The National Museum of Computing, at Bletchley Park, has been presented with the highly esteemed Sandford Award for Heritage education.
The independent charity has been presented with the award in recognition of its "engaging, inclusive and diverse" learning programme for STEM subjects.
Since 1978, The Heritage Education Trust has been running the Sandford Award to praise heritage sites across the UK that run educational programmes. It is the only scheme in existence that judges formal learning programmes at heritage sites, with a particular focus on how sites such as The Museum of National Computing can link to the curriculum children are learning in the classroom. Previous winners include Buckingham Palace, Hampton Court and Jane Austen’s House Museum.
Education is central to TNMOC’s ethos and values, and as such, the museum runs a highly successful Learning Programme for schools and colleges and promotes introductions to computer coding amongst young people, especially females, to inspire the next generation of computer scientists and engineers.
The National Museum of Computing goes to great lengths to make sure its education curriculum is as inclusive as possible. It has a particular focus on encouraging girls into STEM and appealing to the neurodiverse community through its education programme in partnership with Track NN.
This programme supports autistic individuals in developing employability skills through a series of placements and interactive STEM projects at the museum.
The inclusive nature of the museum's programme was one of the many aspects greatly applauded. Lead judge from the Heritage Education Trust Melissa Maynard said: “The story of the computer revolution, their impact on the past and present regarding connectivity, creativity and invention is showcased by an inclusive and engaging learning programme.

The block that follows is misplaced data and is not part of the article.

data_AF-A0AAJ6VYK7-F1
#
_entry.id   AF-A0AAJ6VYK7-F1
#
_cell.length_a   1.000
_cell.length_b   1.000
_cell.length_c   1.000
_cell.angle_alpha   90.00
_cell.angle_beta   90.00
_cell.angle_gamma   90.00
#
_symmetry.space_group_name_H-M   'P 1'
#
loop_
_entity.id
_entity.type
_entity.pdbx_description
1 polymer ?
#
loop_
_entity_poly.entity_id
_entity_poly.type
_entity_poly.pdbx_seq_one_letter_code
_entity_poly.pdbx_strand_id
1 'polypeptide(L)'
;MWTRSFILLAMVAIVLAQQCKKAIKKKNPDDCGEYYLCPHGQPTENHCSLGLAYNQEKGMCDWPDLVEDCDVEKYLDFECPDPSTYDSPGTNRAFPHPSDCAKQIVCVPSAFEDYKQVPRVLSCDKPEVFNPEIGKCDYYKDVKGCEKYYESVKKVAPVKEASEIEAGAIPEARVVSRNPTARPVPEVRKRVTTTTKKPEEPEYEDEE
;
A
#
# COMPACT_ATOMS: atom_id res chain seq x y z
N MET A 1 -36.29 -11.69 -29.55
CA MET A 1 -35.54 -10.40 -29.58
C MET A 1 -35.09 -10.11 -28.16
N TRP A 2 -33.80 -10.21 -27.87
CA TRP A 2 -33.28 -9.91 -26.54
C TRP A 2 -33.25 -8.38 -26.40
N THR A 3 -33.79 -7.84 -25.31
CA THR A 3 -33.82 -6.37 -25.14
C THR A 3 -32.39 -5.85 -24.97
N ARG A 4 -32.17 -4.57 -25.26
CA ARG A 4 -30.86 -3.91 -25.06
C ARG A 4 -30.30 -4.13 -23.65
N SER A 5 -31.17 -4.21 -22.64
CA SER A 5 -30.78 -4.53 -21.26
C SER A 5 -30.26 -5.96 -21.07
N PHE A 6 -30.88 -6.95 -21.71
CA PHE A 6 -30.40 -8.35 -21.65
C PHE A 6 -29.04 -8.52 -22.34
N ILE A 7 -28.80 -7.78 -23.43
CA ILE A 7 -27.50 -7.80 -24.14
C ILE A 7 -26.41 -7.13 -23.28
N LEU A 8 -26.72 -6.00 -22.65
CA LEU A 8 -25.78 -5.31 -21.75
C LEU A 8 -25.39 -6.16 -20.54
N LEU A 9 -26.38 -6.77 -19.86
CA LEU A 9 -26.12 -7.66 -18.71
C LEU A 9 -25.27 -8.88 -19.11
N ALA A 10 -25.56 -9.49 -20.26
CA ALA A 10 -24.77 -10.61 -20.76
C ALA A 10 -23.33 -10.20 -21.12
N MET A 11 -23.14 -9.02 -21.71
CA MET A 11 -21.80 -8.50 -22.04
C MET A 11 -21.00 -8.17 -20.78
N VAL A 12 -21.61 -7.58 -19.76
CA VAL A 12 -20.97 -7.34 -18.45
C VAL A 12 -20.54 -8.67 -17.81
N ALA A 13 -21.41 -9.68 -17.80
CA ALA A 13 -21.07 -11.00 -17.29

"The team, led by the Learning Manager, provide a formal learning programme that is both structured and flexible in nature that they can work collaboratively to support learning. I was particularly struck by the ways that the team promote informal learning that is inclusive and diverse, working with partners whether it is through Girls in STEM days or Relaxed Openings, to ensure that as many learners are supported to follow their enthusiasm for computing.”
The Museum’s director, Jacqui Garrad, added: “Education is at the heart of everything we do at The National Museum of Computing, so we couldn’t be happier to receive this prestigious award. Our team – including our learning manager and volunteers - are passionate about creating an environment that makes STEM learning engaging, inspiring and accessible. Our unique education programmes do just this and we’re now looking forward to building on this success to develop our programmes even further.”